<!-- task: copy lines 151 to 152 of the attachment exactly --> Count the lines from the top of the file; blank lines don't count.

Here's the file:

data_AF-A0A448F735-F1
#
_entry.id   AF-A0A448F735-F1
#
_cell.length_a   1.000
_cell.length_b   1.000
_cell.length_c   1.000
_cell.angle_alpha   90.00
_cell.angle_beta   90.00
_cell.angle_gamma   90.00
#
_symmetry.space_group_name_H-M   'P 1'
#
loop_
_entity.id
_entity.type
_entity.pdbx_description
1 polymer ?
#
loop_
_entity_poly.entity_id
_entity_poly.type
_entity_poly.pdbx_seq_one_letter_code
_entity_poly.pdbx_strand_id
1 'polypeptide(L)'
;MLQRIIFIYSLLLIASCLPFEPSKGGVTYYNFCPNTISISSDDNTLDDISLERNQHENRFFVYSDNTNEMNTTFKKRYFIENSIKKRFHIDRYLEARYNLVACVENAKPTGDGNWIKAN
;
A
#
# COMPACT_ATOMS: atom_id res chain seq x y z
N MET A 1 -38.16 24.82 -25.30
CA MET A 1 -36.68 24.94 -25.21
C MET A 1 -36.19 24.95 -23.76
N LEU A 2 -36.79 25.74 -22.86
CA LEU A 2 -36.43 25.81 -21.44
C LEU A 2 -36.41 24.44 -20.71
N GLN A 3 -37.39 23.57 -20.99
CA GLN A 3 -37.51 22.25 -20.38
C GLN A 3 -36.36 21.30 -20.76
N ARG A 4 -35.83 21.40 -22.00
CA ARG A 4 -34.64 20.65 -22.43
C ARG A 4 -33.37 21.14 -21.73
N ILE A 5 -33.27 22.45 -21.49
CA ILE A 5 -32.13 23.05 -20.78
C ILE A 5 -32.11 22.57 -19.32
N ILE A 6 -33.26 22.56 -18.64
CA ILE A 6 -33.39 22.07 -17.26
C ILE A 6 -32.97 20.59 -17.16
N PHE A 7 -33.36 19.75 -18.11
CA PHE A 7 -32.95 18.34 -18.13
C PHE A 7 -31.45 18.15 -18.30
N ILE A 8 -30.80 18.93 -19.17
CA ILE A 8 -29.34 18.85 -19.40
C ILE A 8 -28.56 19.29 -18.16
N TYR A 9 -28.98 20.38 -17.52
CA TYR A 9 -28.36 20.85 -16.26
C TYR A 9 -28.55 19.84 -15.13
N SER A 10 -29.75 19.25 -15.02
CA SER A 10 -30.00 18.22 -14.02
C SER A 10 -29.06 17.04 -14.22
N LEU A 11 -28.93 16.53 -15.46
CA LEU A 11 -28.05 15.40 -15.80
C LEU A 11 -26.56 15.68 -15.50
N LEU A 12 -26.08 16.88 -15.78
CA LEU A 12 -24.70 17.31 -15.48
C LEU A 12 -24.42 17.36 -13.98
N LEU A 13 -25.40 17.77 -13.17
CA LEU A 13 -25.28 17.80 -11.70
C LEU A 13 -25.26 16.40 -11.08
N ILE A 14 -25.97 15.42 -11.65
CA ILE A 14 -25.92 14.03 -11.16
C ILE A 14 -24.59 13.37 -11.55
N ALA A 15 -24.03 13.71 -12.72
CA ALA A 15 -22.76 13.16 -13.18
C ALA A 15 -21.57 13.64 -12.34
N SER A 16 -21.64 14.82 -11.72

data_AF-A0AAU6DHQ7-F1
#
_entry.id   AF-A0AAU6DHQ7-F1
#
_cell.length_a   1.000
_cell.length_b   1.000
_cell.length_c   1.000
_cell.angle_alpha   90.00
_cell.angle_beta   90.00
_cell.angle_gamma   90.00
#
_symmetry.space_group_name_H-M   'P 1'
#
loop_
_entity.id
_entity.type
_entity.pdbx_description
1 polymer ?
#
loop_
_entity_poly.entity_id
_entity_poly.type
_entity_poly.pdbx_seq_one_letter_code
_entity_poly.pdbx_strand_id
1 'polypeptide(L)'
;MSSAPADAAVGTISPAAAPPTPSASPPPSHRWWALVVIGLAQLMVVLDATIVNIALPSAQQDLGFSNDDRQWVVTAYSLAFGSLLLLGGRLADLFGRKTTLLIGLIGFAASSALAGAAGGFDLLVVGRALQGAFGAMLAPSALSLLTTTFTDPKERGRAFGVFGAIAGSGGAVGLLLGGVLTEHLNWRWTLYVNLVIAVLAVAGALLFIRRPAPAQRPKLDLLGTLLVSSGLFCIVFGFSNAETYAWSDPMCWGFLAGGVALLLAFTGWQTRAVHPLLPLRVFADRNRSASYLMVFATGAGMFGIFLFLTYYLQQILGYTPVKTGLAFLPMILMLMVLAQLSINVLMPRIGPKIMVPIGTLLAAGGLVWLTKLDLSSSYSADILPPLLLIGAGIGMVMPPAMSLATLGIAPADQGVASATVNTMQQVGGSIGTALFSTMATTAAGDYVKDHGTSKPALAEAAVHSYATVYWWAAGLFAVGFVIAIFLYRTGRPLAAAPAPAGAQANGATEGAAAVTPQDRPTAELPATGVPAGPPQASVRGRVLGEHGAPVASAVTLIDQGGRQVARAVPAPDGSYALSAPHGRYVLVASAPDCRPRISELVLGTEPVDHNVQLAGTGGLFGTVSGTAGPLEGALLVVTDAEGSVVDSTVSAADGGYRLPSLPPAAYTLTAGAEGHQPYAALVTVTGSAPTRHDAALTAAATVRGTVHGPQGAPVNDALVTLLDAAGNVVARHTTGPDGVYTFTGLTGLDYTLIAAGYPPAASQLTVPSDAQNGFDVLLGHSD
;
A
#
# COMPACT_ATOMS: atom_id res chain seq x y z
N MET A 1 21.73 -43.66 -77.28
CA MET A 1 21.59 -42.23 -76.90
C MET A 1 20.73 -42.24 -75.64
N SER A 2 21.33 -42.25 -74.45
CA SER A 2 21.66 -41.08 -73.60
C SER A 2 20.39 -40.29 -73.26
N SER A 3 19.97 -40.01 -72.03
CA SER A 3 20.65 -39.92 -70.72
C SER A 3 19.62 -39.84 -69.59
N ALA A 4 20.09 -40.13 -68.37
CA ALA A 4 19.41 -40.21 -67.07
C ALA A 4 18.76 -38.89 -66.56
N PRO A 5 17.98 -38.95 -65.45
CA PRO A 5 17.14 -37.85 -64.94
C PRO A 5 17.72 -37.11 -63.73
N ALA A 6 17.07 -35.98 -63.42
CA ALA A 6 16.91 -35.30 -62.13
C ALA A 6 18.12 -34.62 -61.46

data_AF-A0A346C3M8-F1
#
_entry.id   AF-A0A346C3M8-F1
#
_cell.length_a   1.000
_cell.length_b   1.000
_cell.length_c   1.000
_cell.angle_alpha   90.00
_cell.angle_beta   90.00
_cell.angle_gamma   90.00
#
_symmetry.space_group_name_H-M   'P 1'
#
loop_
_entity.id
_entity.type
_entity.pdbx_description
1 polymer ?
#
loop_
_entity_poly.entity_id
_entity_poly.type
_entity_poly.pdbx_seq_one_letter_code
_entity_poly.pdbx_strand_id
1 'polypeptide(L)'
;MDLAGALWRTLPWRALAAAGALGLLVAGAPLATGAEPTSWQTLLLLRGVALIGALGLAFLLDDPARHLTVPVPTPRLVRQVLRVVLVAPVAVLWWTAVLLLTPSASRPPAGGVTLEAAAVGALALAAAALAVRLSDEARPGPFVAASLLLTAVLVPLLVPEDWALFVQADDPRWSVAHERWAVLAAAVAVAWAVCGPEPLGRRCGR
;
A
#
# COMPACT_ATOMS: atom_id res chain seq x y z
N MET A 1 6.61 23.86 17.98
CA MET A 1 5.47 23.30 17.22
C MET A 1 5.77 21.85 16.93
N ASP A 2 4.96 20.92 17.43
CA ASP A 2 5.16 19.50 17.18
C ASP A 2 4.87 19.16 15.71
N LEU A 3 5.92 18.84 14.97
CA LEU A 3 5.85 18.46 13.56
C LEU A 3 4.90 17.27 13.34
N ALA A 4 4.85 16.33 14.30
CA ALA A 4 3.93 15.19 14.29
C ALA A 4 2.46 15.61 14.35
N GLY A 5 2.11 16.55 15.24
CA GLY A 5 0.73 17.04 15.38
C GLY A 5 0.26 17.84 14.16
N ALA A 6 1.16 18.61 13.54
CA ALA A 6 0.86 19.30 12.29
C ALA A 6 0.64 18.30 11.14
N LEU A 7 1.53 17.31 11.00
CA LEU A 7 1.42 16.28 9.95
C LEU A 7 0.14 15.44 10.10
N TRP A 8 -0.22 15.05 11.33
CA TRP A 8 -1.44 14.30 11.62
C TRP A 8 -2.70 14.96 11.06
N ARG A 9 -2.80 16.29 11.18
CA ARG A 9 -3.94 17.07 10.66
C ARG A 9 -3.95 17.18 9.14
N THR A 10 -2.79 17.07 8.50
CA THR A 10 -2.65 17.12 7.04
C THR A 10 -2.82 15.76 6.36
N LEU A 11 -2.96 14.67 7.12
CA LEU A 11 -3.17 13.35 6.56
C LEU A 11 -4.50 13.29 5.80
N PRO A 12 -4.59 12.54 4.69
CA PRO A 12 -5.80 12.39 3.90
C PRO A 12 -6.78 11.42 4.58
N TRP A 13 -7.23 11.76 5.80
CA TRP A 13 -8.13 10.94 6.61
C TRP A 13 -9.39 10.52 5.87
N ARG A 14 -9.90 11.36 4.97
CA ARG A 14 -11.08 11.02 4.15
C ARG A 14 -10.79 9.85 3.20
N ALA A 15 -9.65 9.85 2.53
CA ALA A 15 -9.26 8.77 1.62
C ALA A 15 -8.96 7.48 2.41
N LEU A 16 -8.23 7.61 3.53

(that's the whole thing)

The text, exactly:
;
A